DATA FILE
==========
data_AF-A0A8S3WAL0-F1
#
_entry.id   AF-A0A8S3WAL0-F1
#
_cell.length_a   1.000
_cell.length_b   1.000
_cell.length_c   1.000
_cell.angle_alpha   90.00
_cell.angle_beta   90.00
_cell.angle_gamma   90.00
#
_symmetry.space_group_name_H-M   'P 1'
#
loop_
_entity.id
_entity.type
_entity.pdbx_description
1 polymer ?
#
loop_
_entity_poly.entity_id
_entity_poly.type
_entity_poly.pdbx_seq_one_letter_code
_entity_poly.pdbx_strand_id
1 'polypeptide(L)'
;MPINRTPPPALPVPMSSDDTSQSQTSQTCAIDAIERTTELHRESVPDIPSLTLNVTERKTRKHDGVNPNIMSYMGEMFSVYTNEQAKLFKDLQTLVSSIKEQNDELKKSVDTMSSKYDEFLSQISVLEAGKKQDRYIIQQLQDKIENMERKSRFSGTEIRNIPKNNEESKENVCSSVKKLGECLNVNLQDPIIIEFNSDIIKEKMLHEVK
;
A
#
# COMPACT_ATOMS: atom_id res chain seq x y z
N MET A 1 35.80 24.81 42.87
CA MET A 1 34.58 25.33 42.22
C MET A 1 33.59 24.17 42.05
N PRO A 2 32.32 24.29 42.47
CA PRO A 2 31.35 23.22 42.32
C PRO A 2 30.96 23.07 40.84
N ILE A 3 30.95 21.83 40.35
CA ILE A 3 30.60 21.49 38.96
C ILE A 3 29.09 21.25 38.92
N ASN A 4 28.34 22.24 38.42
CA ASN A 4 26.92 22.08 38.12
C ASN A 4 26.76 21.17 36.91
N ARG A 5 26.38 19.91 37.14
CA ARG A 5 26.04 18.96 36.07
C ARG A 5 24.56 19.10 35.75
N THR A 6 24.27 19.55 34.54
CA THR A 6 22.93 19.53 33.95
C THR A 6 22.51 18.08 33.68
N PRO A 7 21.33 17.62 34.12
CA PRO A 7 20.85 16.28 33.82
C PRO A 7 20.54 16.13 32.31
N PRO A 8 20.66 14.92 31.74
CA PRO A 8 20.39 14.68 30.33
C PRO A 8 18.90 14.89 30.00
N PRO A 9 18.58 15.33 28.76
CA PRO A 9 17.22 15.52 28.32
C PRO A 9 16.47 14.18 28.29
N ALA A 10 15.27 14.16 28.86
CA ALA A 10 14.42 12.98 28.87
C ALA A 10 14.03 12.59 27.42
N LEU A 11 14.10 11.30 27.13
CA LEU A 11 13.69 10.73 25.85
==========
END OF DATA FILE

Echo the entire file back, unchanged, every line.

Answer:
data_AF-A0A8S3WAL0-F1
#
_entry.id   AF-A0A8S3WAL0-F1
#
_cell.length_a   1.000
_cell.length_b   1.000
_cell.length_c   1.000
_cell.angle_alpha   90.00
_cell.angle_beta   90.00
_cell.angle_gamma   90.00
#
_symmetry.space_group_name_H-M   'P 1'
#
loop_
_entity.id
_entity.type
_entity.pdbx_description
1 polymer ?
#
loop_
_entity_poly.entity_id
_entity_poly.type
_entity_poly.pdbx_seq_one_letter_code
_entity_poly.pdbx_strand_id
1 'polypeptide(L)'
;MPINRTPPPALPVPMSSDDTSQSQTSQTCAIDAIERTTELHRESVPDIPSLTLNVTERKTRKHDGVNPNIMSYMGEMFSVYTNEQAKLFKDLQTLVSSIKEQNDELKKSVDTMSSKYDEFLSQISVLEAGKKQDRYIIQQLQDKIENMERKSRFSGTEIRNIPKNNEESKENVCSSVKKLGECLNVNLQDPIIIEFNSDIIKEKMLHEVK
;
A
#
# COMPACT_ATOMS: atom_id res chain seq x y z
N MET A 1 35.80 24.81 42.87
CA MET A 1 34.58 25.33 42.22
C MET A 1 33.59 24.17 42.05
N PRO A 2 32.32 24.29 42.47
CA PRO A 2 31.35 23.22 42.32
C PRO A 2 30.96 23.07 40.84
N ILE A 3 30.95 21.83 40.35
CA ILE A 3 30.60 21.49 38.96
C ILE A 3 29.09 21.25 38.92
N ASN A 4 28.34 22.24 38.42
CA ASN A 4 26.92 22.08 38.12
C ASN A 4 26.76 21.17 36.91
N ARG A 5 26.38 19.91 37.14
CA ARG A 5 26.04 18.96 36.07
C ARG A 5 24.56 19.10 35.75
N THR A 6 24.27 19.55 34.54
CA THR A 6 22.93 19.53 33.95
C THR A 6 22.51 18.08 33.68
N PRO A 7 21.33 17.62 34.12
CA PRO A 7 20.85 16.28 33.82
C PRO A 7 20.54 16.13 32.31
N PRO A 8 20.66 14.92 31.74
CA PRO A 8 20.39 14.68 30.33
C PRO A 8 18.90 14.89 30.00
N PRO A 9 18.58 15.33 28.76
CA PRO A 9 17.22 15.52 28.32
C PRO A 9 16.47 14.18 28.29
N ALA A 10 15.27 14.16 28.86
CA ALA A 10 14.42 12.98 28.87
C ALA A 10 14.03 12.59 27.42
N LEU A 11 14.10 11.30 27.13
CA LEU A 11 13.69 10.73 25.85